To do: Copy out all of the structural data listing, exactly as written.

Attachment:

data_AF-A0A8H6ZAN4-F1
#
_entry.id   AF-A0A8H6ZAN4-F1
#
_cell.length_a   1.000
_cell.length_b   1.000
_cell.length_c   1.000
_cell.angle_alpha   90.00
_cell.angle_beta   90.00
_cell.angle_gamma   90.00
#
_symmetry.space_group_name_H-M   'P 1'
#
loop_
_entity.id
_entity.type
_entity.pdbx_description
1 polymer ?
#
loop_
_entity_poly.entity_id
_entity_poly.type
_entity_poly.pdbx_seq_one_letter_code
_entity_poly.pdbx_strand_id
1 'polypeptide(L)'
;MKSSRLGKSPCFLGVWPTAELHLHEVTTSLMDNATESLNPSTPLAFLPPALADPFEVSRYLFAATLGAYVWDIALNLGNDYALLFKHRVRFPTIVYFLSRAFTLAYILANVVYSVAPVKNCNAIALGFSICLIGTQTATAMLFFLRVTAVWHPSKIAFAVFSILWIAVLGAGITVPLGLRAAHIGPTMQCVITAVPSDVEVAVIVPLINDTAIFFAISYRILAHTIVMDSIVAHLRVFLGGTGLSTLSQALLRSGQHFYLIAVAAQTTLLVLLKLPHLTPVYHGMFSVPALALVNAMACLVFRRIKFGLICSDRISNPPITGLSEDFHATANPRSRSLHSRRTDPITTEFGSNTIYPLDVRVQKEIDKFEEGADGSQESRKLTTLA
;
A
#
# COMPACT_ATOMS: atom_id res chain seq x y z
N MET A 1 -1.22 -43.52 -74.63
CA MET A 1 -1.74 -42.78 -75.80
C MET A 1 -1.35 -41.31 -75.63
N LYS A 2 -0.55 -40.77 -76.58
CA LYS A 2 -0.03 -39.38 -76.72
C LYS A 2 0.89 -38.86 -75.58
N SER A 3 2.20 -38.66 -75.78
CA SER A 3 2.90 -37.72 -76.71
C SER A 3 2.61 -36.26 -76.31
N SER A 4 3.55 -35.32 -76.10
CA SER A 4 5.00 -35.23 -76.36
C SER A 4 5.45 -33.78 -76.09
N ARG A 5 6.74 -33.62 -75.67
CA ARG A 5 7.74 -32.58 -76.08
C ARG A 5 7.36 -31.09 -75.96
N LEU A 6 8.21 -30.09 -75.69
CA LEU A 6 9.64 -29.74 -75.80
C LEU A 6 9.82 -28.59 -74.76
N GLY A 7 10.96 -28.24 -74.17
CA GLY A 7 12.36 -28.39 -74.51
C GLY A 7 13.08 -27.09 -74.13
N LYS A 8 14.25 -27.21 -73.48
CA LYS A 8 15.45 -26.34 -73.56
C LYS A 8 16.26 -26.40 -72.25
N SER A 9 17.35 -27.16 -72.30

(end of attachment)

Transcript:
data_AF-A0A8H6ZAN4-F1
#
_entry.id   AF-A0A8H6ZAN4-F1
#
_cell.length_a   1.000
_cell.length_b   1.000
_cell.length_c   1.000
_cell.angle_alpha   90.00
_cell.angle_beta   90.00
_cell.angle_gamma   90.00
#
_symmetry.space_group_name_H-M   'P 1'
#
loop_
_entity.id
_entity.type
_entity.pdbx_description
1 polymer ?
#
loop_
_entity_poly.entity_id
_entity_poly.type
_entity_poly.pdbx_seq_one_letter_code
_entity_poly.pdbx_strand_id
1 'polypeptide(L)'
;MKSSRLGKSPCFLGVWPTAELHLHEVTTSLMDNATESLNPSTPLAFLPPALADPFEVSRYLFAATLGAYVWDIALNLGNDYALLFKHRVRFPTIVYFLSRAFTLAYILANVVYSVAPVKNCNAIALGFSICLIGTQTATAMLFFLRVTAVWHPSKIAFAVFSILWIAVLGAGITVPLGLRAAHIGPTMQCVITAVPSDVEVAVIVPLINDTAIFFAISYRILAHTIVMDSIVAHLRVFLGGTGLSTLSQALLRSGQHFYLIAVAAQTTLLVLLKLPHLTPVYHGMFSVPALALVNAMACLVFRRIKFGLICSDRISNPPITGLSEDFHATANPRSRSLHSRRTDPITTEFGSNTIYPLDVRVQKEIDKFEEGADGSQESRKLTTLA
;
A
#
# COMPACT_ATOMS: atom_id res chain seq x y z
N MET A 1 -1.22 -43.52 -74.63
CA MET A 1 -1.74 -42.78 -75.80
C MET A 1 -1.35 -41.31 -75.63
N LYS A 2 -0.55 -40.77 -76.58
CA LYS A 2 -0.03 -39.38 -76.72
C LYS A 2 0.89 -38.86 -75.58
N SER A 3 2.20 -38.66 -75.78
CA SER A 3 2.90 -37.72 -76.71
C SER A 3 2.61 -36.26 -76.31
N SER A 4 3.55 -35.32 -76.10
CA SER A 4 5.00 -35.23 -76.36
C SER A 4 5.45 -33.78 -76.09
N ARG A 5 6.74 -33.62 -75.67
CA ARG A 5 7.74 -32.58 -76.08
C ARG A 5 7.36 -31.09 -75.96
N LEU A 6 8.21 -30.09 -75.69
CA LEU A 6 9.64 -29.74 -75.80
C LEU A 6 9.82 -28.59 -74.76
N GLY A 7 10.96 -28.24 -74.17
CA GLY A 7 12.36 -28.39 -74.51
C GLY A 7 13.08 -27.09 -74.13
N LYS A 8 14.25 -27.21 -73.48
CA LYS A 8 15.45 -26.34 -73.56
C LYS A 8 16.26 -26.40 -72.25
N SER A 9 17.35 -27.16 -72.30